Now, let’s assume an agent, or his/her assistant gets the letter and 3 scripts and peruses the first page of the Independent Feature and it grabs him/her.

Next, I believe he/she will likely read the 25-30 page TV Sitcom and if that is great… he/she will then read the 90-100 page Independent Feature Film Script… and if that is great… You-Now-Have-An-Agent and he/she is setting up meetings with Studio Execs to pitch your Studio Feature Film project and with TV Story Editors to get you also hired as a staff writer for television.

Phew… You now have a Roadmap.

You want to drive from New York to Denver… you now have a Roadmap.

What car you drive, how fast you drive, whether you take a detour or two, what hotels you stay at, where you eat, what you eat, who you share the ride with, etc. are going to be different for each and everyone one of you…

…However, you will get to Denver.

Happy Filmmaking,


Do you have a gameplan or roadmap for success?

If so… please share

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4 comments on “THE SUPER-GREAT SCRIPT (Part 2: GAMEPLAN): “A Screenwriter’s Roadmap””

  1. joe sixpak says:

    i was taught it took five years full time which is 10,000 hours to master something

    as to scriptwriting, unless you are stephen king you better THINK PREPARE PLAN plot in advance before you start typing else you will be doing a lot of rewriting that gets you nowhere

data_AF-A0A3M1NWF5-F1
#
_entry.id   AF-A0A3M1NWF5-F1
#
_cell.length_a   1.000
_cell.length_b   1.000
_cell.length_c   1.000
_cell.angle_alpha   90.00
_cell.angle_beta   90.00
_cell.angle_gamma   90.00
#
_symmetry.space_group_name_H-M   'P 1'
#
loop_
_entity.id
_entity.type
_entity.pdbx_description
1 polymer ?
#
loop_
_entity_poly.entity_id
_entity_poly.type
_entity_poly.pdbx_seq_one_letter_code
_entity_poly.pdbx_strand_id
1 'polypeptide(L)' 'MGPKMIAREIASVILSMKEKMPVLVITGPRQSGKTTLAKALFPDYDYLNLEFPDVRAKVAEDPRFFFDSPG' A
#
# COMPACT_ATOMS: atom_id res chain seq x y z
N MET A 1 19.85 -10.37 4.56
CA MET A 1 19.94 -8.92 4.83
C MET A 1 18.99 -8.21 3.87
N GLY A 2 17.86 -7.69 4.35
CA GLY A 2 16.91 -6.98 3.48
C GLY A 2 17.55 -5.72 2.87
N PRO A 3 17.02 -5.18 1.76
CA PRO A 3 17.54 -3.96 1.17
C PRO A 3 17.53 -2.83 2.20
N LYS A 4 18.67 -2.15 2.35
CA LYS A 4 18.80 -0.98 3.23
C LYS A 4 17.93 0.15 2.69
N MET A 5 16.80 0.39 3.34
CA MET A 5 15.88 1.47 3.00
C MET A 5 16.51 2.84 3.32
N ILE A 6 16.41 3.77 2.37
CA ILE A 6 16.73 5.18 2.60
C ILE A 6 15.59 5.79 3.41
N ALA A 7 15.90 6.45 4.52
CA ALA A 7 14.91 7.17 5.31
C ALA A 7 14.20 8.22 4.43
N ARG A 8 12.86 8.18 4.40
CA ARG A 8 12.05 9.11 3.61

rowling patterson and 99% of the best writers are careful detailed planners

    patterson does a detailed 90 page OUTLINE before word one of his novels gets written
    that is the extreme view. rowling is the minimalist but has it planned at a higher level with enough detail so she knows where she is going how to get there and how it ends.

    think how much harder it is to bring in a tv script by a deadline with exact length and constrained by the previous episodes or at least the series bible , and ensure that it is good,
    makes sense, and fits the genre

    if you dont care where you are going then you can just start driving and dont need a map
    at all

    but if you want to get to your preferred vacation spot quickly you need to get a map and plan the best logical route to get there

  2. Michael Chasin says:

    Hi Dov,

    I took your course years ago and still find it beneficial.

    I’ve heard that Hollywood is genres – including writing.

    Thus, when needing a comedy, producers will seek out comedy writers – when needing drama – writers of drama, etc.

    With that, should writers seeking to break-in write a sitcom and movie drama – or perhaps write a TV drama – and movie drama – essentially picking a genre and staying in it – as in we have a social drama – get Aaron Sorkin.


  3. Amos says:

    Been writing novels for 20 years now. But how many people make it in Hollywood through novels alone? You can count them on your hand, JK Rowling, Michael Crichton, Steven King, etc.

    Fortunately screenplays are much easier to write but if you don’t know the rules Dove Simens is giving here you won’t make it in the film business.

  4. Brandie says:

    Dude, if you check my channel, Th&r;e#8217es loads of videos where I do that. I upload mowing, blowing and trimming once every week. You’ll find these in my Lawn 2011 playlist